Meanwhile, heat 1 tablespoon olive oil over medium heat in sauté pan. Add onions and 1/2 teaspoon salt. Stir frequently to prevent burning. Cook until onions are caramelized, about 45 minutes. Add water to the pan when it gets dry, 3-4 tablespoons at a time. When onions are caramelized and the pan is at a dry phase, remove from heat. Transfer to container for cooling.

While onions cook, remove core and cut apples into big bite-size chunks. Toss with 1 tablespoon olive oil and spread onto parchment lined baking sheet. Roast apples in oven until tender, 25-30 minutes, tossing once during cooking.

Drain and rinse beans. Wash and prep lettuces.

Make dressing. In a blender or using and immersion blender, blend all dressing ingredients until smooth and creamy. Season with sea salt to taste.

This can be a tossed salad or a composed salad. When all components are ready (quinoa, caramelized onions, roasted apples, beans, Brie cheese and dressing), divide among portions of romaine/spinach and drizzle with dressing to taste. Or toss all components together just before serving. Go easy on the dressing at first, you can always add more or serve more on the side for those who like lots of dressing.

*the components to this salad should be at room temp or chilled before tossing with lettuces.

**double recipe to feed a crowd or to keep around for future dinners and lunches in a pinch.

***sherry vinaigrette, caramelized onions, roasted apples and quinoa can all be made up to 3-4 days in advance. Store each component separately in tightly sealed containers and refrigerate.

Best of Basic: Perfect Oven Fries

Best of Basic: Perfect Oven Fries

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Fried potatoes are my jam. Cheese fries? Amaze. Tater tots? Obsessed. Hashbrowns? Yes please. Are there people out there who don’t love fried potatoes? No way. While deep fried foods are totally fine in moderation (that is, if they’re whole foods that are fried in healthy oils), I want French fries on the daily. So a recipe for slightly lighter and healthier oven fries was a natural for me.

I’ve been making oven fries since forever. And after a lot of trial-and-error, I’ve come up with a go-to method that makes flavorful, crispy fries that are neutral enough to go with any dipping sauce. I use small yellow or Yukon Gold potatoes for my oven fries. Yukon Golds are my favorite type of potato. I like the waxy texture, the golden color and the small size. After cutting the potatoes in thick fries, I soak them in cold water. This trick removes excess starchiness and makes for a crispy fry. Then I just toss with a simple blend of spices and olive oil. When baking the fries, I start at a lower temperature which allows the insides to become fully cooked. Then I crank up the heat to get those guys golden brown and crispity-crunchy. Perfect every time.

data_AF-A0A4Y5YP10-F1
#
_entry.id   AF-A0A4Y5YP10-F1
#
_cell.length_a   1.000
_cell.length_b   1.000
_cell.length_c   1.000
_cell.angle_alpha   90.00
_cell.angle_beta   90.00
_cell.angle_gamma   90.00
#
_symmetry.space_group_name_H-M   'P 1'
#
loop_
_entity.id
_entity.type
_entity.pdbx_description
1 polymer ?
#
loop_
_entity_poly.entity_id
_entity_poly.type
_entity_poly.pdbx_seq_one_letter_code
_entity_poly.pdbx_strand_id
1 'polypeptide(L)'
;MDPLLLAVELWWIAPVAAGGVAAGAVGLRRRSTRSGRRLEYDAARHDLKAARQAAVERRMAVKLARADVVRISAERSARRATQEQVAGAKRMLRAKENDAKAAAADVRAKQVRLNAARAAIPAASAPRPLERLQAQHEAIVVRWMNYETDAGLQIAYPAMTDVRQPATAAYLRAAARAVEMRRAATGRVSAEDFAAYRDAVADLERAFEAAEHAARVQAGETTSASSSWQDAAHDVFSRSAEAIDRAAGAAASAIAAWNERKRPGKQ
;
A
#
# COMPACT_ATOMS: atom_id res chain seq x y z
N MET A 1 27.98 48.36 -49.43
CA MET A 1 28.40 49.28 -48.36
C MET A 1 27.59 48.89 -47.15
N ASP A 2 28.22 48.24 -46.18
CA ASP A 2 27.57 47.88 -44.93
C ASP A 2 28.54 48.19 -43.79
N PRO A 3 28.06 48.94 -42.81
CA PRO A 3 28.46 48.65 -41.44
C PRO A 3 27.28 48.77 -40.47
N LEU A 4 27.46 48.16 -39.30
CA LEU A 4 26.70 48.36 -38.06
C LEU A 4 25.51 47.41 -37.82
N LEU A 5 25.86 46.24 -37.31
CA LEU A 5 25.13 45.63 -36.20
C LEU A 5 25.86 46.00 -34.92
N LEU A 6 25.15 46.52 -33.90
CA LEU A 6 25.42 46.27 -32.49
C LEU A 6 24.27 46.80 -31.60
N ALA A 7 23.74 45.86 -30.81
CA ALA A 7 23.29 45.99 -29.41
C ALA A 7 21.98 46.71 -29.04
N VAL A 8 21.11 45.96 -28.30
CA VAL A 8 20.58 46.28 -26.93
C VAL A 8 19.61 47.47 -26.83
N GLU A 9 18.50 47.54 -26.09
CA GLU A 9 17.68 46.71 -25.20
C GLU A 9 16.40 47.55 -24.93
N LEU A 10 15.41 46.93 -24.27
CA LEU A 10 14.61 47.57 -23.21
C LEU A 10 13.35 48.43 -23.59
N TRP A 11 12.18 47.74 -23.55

I’ve been meaning to share this recipe for quite awhile. Then I saw these amazing red, white and blue basket liners at Sur la Table and couldn’t resist. These liners are perfect in those red plastic woven baskets you get at diners and casual food joints. As soon as I saw them I thought “oven fries! 4th of July! BBQ perfection!” You can use these lined baskets to serve apps and sides or everyone can have their very own basket for their meal. So cute, so fun and so festive.

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Honestly, I’m not even sure what Matt and I are doing for the 4th. Independence Day has always been a big holiday for me. I grew up spending every July 4th at our family friends’ lake house near Milwaukee, Wisconsin, and it was always quite the celebration. The fireworks were unreal, the drinks were flowing and the group of us (sometimes over 30 people sleeping in one house) always got a little too rowdy. Those were the days. As of this year though, the lake house has been retired. I’ll really miss that place. But I wouldn’t be able to go this year anyway because it’s Matt’s brother’s engagement party in New York (woohoo!). There are plenty of activities planned for the weekend, but for the actual 4th of July we have nothing going on. I’m thinking a festive BBQ on our balcony, some all American beers, and a few sparklers will be totally awesome. I’m not quite the party-er I used to be and these days, I prefer to celebrate on the tamer side. But if this intimate celebration does end up happening, these fries will most definitely be on the menu.

Pine Lake Way Back When
Scenes from Pine Lake, Wisconsin – Back in the Day – That’s me!

I hope everyone has a super fun (and safe) holiday weekend with lots of good food and good company!

Best of Basic: Perfect Oven Fries
Serves: 4    Start to Finish: 1.5 hours

Ingredients

2 lbs Yukon Gold Potatoes
2 tablespoons Olive or Canola Oil
1/2 teaspoon Sea Salt
1/2 teaspoon Paprika
1/4 teaspoon Garlic Powder
1/4 teaspoon Black Pepper

To Make

Cut potatoes into 1/4-1/2″ slices, length wise. Cut each slice into sticks or wedges. Place cut potatoes in a big bowl of ice water. Allow to soak for 30 minutes.

Meanwhile, preheat oven to 375 degrees. Line a large baking sheet or two with parchment paper. I use one large pan for this amount but the more room the potatoes have, the crispier they’ll be.

When potatoes are finished soaking, drain and dry with a clean towel. Toss potatoes with oil and seasoning. Spread out over baking sheets. Bake for 20 min. Remove from heat, gently toss. Turn heat up to 450 degrees. Cook for 30-40 more minutes, tossing every 10-15 minutes.

Rich Brown Gravy with Mushrooms (meat-free)

Rich Brown Gravy with Mushrooms (meat-free)

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I have something quite special to be thankful for this year. My second nephew was born just 3 days ago, and I am so looking forward to these next five work-free days filled with straight-up family time and bonding with the newest member of our family.

With that said, Thanksgiving is dinner less than 48 hours away. Hard to believe. But 48 hours away it is, so it’s time to share another holiday classic, vegetarian-style. This simple recipe for rich and flavorful mushroom gravy is a must-have at the table. Personally, I like to drench my entire plate in gravy, so of course I’m going to have a perfect recipe for a veggie-friendly gravy. Continue reading “Rich Brown Gravy with Mushrooms (meat-free)”